In the early 1800s, the sixteenth century Deel Castle was occupied by Colonel St. George Cuff. He was born in 1796 and was said to be the second surviving son of James Cuff. His name does crop up in the national press over the years in connection with Deel Castle; in October 1861, Colonel Knox from Ballinrobe is listed as returning from a visit to Deel Castle the home of Colonel St. George Cuff and in 1876, Colonel St. George Cuff of Deel Castle is recorded as owning 3,205 acres in County Mayo. He was married to Louisa Maria, a daughter of James Knox Gore from Broadlands Park in County Mayo. Louisa Maria’s mother, was the daughter of the second Earl of Arran, thus another union that cemented the ties between the two families of Cuff and Gore. By July 1880, Colonel Cuff who is still living in the castle is described as a ‘feeble old man’ and ‘a most indulgent landlord’. By June 1883 it is recorded in the national press that he passed away in the previous years. Now the lands, Deel Castle and the mansion house were under the control of the Earl of Arran and the Gore Family. One of the people who is most associated with the new mansion at Castle Gore was Arthur Saunders William Charles Fox Gore, fifth Earl of Arran who was born in 1839 in Bath, Somerset England.

This is what remains of the formal landscape that Castle Gore
once overlooked which is situated by the banks of the River Deel
Accreditation- Photo by David Hicks
In the years from 1892 to 1894, the architectural partnership of Millar & Symes carried out work for the fifth Earl of Arran at Castle Gore. It is also noted during the same period they were making regular visits to nearby Mount Falcon, a home belonging to a branch of the Knox family. A visitor to Castle Gore in August 1898, at the invitation of the Earl and Countess of Arran, recorded an interesting account of what they seen in the house. The Countess received her guest in the drawing room and afterwards the Earl conducted a tour of Deel Castle. The lawns around the house are described as ‘velvet’ and that they ‘undulate towards the river’. The visitor to Castle Gore describes a rich collection of works of art that were housed in the drawing room. There were two Gainsboroughs, a painting by Sir Joshua Reynolds together with a landscape by Constable and many items of interest such as a marble burst of the Countess Sudley. In the dining room there was a painting of ‘A Large Hound’ by Velasquez, set in a carved gilt frame that hung over the mantel piece. There were numerous other paintings hanging in this room including another by Reynolds. The entrance hall of the house had a delicate frieze of late Georgian plasterwork off which there was a long and narrow staircase lit by a very tall round headed window with decorative plasterwork. The drawing room had niches on either side of the fireplace and tall windows overlooked the formal gardens and the River Deel beyond.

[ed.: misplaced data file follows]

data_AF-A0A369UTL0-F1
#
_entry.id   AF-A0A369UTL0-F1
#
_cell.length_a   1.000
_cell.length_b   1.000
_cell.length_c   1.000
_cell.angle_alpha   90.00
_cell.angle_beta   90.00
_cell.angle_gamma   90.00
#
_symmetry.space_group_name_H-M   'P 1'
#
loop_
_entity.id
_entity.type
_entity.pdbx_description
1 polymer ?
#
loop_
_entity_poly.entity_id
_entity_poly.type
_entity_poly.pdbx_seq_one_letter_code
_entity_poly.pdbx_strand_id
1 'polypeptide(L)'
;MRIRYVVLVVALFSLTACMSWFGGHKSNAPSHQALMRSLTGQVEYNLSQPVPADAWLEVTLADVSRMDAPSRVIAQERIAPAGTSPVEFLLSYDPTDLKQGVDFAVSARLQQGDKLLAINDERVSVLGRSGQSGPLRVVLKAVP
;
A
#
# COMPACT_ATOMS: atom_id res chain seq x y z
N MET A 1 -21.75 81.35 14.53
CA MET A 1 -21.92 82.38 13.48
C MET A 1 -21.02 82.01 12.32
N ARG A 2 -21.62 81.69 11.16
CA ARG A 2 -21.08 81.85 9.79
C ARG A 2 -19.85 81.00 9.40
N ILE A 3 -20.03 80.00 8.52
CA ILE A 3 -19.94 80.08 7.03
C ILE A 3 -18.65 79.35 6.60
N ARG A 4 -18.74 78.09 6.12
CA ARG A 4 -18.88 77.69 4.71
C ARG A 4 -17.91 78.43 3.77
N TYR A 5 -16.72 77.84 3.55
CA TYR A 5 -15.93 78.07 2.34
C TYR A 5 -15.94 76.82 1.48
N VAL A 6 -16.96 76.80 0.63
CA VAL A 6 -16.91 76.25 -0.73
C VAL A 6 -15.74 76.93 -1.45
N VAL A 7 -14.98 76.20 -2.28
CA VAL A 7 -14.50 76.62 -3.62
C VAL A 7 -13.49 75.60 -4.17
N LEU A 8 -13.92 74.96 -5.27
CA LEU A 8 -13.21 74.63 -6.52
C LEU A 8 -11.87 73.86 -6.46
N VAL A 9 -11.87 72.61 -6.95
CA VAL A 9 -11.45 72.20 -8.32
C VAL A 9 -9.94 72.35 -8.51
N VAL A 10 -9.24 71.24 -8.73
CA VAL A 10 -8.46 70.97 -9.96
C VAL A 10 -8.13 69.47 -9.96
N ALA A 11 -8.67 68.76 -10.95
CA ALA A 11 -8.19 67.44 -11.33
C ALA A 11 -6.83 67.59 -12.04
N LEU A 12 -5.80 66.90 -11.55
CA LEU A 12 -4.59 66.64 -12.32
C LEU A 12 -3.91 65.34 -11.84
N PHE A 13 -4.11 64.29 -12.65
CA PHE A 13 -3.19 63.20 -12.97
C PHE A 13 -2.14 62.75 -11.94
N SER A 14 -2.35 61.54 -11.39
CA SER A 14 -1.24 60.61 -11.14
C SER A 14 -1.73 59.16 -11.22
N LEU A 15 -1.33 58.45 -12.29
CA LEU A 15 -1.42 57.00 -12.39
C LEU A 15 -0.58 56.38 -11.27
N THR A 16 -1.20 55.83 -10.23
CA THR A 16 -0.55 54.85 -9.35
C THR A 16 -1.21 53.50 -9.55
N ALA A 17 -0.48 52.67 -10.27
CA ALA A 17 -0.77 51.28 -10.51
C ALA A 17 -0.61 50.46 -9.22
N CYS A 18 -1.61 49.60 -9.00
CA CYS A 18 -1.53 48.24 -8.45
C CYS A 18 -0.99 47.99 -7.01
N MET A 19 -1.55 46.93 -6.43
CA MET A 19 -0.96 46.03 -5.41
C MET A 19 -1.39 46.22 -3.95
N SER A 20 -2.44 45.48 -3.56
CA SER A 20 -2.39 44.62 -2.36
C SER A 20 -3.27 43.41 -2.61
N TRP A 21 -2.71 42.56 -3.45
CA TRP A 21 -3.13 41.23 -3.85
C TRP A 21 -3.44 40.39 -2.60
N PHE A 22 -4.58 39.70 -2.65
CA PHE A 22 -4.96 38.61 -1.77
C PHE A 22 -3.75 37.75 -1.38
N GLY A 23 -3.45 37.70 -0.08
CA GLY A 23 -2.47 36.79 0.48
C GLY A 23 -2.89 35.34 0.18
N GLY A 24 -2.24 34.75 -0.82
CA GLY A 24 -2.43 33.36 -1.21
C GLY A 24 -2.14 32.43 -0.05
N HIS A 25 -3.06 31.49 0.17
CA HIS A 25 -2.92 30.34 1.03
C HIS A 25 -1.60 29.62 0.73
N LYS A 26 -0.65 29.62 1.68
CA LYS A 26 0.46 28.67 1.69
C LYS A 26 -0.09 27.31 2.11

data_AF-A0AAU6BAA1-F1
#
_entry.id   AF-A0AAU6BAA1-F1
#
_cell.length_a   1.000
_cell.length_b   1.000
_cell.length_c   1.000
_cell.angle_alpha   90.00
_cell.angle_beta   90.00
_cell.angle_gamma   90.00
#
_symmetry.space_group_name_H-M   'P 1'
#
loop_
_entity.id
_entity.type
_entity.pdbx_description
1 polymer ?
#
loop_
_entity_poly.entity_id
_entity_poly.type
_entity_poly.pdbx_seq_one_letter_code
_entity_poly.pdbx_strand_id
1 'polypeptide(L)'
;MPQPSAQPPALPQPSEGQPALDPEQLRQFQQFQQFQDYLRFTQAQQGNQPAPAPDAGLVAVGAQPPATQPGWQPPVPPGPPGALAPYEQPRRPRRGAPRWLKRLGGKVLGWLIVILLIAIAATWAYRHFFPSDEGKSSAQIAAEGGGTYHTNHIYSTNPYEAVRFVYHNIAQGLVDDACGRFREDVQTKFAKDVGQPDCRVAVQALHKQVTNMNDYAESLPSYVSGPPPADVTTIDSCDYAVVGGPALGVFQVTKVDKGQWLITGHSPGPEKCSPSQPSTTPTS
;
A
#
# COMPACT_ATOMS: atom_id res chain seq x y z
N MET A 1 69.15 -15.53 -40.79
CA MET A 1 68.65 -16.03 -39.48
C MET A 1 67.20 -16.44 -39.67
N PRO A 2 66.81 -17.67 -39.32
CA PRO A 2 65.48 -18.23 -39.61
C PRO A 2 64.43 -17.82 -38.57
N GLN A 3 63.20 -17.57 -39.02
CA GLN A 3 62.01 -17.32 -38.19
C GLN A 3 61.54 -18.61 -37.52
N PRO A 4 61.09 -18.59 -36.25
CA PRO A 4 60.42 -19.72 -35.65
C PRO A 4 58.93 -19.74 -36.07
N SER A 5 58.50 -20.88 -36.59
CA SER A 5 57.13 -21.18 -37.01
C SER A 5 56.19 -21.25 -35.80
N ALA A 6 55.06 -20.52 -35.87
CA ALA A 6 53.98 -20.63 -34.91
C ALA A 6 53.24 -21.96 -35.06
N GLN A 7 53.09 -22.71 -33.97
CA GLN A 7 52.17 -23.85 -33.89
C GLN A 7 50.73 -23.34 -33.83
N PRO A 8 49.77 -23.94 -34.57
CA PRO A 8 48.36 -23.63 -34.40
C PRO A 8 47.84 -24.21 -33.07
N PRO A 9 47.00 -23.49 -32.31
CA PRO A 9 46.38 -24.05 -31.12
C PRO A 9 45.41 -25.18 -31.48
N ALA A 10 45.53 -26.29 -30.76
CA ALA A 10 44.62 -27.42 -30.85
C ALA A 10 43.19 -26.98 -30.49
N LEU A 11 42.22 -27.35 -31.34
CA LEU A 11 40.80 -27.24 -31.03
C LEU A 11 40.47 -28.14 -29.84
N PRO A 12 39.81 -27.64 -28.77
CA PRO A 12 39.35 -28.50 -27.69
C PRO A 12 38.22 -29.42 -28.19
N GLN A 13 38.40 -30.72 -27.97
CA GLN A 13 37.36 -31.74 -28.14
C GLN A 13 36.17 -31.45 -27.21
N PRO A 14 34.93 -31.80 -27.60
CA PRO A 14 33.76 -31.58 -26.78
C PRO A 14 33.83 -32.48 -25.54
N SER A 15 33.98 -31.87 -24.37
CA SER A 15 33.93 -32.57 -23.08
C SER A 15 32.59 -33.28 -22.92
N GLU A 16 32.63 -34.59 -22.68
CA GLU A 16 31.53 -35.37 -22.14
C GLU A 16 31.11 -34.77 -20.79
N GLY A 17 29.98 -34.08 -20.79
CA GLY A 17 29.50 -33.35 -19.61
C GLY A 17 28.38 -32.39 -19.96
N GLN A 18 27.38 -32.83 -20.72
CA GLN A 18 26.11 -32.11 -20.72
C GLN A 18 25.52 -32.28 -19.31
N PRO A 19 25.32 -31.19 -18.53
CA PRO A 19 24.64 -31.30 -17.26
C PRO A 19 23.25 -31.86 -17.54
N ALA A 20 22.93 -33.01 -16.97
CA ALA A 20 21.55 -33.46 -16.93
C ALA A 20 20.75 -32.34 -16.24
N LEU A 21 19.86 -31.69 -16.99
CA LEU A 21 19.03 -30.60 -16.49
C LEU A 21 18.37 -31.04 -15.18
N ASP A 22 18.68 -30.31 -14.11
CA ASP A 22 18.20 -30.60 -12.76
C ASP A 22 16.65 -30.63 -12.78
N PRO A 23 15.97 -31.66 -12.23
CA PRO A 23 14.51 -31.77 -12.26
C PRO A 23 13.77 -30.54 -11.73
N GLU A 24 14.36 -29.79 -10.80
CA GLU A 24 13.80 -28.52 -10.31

The sixteenth century tower house that is named Deel Castle 
and is located near the ruin of Castle Gore.
Copyright- Photo by David Hicks
It was customary for the tenants of the estate to make presentations to the Earl of Arran and his family on various milestones in their lives. In July 1894, Lady Esther Gore, the daughter of the fifth Earl of Arran, married William Frederick Danvers Smith, second Viscount Hambleden. She visited Castle Gore in the autumn to be presented with a wedding gift by the Earl of Arran’s tenants, who all had subscribed to the presentation. In January 1901, the home coming of Lord Dudley, son of the Earl of Arran, from the War in South Africa was also marked with gifts from the tenantry. The tenants presented him with an address of welcome and a silver cup, while the estate workmen and outdoor servants presented a silver inkstand as a mark of their personal esteem. Lord Dudley’s carriage was met at the entrance gate by the tenants and workmen, where a triumphal arch had been erected. The men removed the horses from the carriage and pulled it up to the front of house where it was warmly welcomed by the assembled mass of tenants and those employed on the estate. The Earl of Arran and his son were in the carriage and upon their arrival at the front door of Castle Gore; they were addressed by Rev. Perdue. The clergy man spoke on behalf of the tenants and expressed gratification of being able to welcome Lord Dudley back again. A tenant on the estate by the name of John Mc Givney read an illuminated address decorated in an artistic manner by James McConnell of Sackville Street in Dublin. The silver cup was presented by Christopher Armstrong on behalf of the tenants and both it and the accompanying ink stand were engraved with inscriptions recording the event. In the 1901 census, the mansion at Castle Gore is listed as being inhabited by five people and having thirty-one rooms, ten windows in its entrance front and fifteen outbuildings. Living in Castle Gore at this time is the Dunbar Family from Scotland, with James Dunbar listed as a farm stewart, his wife Jessie, daughter Hannah and two other servants. These persons living in the house at this time were probably acting as caretakers as the Earl and Countess of Arran had other homes in England that they divided their time between. 


The entrance tunnel for servants, which used to run under the 
front lawn of Castle Gore that faced the garden and the river. 
Servants and goods entered the courtyard to the rear of the house 
in order not to disturb the beauty of the formal landscape above.
 Today sections of this tunnel have collapsed and the remainde
is used for the storage of farm vehicles. 
Copyright- Photo by David Hicks